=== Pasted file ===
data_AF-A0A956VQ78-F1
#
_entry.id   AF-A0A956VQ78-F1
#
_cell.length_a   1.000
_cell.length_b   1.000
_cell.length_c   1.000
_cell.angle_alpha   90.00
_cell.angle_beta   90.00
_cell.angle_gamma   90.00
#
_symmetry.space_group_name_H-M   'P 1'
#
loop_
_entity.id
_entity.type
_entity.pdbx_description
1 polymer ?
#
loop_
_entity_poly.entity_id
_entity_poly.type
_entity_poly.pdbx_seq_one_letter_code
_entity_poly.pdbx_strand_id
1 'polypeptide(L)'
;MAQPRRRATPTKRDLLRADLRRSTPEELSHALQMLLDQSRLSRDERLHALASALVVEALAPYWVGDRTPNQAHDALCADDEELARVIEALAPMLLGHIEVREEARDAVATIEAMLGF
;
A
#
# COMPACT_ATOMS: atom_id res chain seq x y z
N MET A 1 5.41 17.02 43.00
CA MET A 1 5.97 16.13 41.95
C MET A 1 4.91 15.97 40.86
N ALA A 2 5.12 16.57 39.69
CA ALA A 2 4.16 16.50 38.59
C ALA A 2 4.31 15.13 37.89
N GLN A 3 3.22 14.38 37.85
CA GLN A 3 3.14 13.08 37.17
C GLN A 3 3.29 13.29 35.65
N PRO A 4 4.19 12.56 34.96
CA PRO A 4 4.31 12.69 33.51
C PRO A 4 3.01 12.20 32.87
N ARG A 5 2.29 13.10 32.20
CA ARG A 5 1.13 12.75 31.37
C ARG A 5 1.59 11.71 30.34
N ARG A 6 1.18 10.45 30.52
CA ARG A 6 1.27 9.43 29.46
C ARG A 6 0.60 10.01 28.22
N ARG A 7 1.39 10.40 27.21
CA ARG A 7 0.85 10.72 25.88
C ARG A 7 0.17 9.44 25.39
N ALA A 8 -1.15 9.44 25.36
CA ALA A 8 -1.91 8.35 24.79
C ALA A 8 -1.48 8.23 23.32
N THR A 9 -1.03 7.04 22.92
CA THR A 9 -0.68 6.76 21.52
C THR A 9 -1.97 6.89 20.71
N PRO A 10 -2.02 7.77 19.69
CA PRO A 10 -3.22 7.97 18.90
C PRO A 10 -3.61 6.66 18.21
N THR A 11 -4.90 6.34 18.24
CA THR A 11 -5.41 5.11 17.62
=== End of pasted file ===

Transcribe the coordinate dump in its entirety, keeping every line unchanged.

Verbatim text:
data_AF-A0A956VQ78-F1
#
_entry.id   AF-A0A956VQ78-F1
#
_cell.length_a   1.000
_cell.length_b   1.000
_cell.length_c   1.000
_cell.angle_alpha   90.00
_cell.angle_beta   90.00
_cell.angle_gamma   90.00
#
_symmetry.space_group_name_H-M   'P 1'
#
loop_
_entity.id
_entity.type
_entity.pdbx_description
1 polymer ?
#
loop_
_entity_poly.entity_id
_entity_poly.type
_entity_poly.pdbx_seq_one_letter_code
_entity_poly.pdbx_strand_id
1 'polypeptide(L)'
;MAQPRRRATPTKRDLLRADLRRSTPEELSHALQMLLDQSRLSRDERLHALASALVVEALAPYWVGDRTPNQAHDALCADDEELARVIEALAPMLLGHIEVREEARDAVATIEAMLGF
;
A
#
# COMPACT_ATOMS: atom_id res chain seq x y z
N MET A 1 5.41 17.02 43.00
CA MET A 1 5.97 16.13 41.95
C MET A 1 4.91 15.97 40.86
N ALA A 2 5.12 16.57 39.69
CA ALA A 2 4.16 16.50 38.59
C ALA A 2 4.31 15.13 37.89
N GLN A 3 3.22 14.38 37.85
CA GLN A 3 3.14 13.08 37.17
C GLN A 3 3.29 13.29 35.65
N PRO A 4 4.19 12.56 34.96
CA PRO A 4 4.31 12.69 33.51
C PRO A 4 3.01 12.20 32.87
N ARG A 5 2.29 13.10 32.20
CA ARG A 5 1.13 12.75 31.37
C ARG A 5 1.59 11.71 30.34
N ARG A 6 1.18 10.45 30.52
CA ARG A 6 1.27 9.43 29.46
C ARG A 6 0.60 10.01 28.22
N ARG A 7 1.39 10.40 27.21
CA ARG A 7 0.85 10.72 25.88
C ARG A 7 0.17 9.44 25.39
N ALA A 8 -1.15 9.44 25.36
CA ALA A 8 -1.91 8.35 24.79
C ALA A 8 -1.48 8.23 23.32
N THR A 9 -1.03 7.04 22.92
CA THR A 9 -0.68 6.76 21.52
C THR A 9 -1.97 6.89 20.71
N PRO A 10 -2.02 7.77 19.69
CA PRO A 10 -3.22 7.97 18.90
C PRO A 10 -3.61 6.66 18.21
N THR A 11 -4.90 6.34 18.24
CA THR A 11 -5.41 5.11 17.62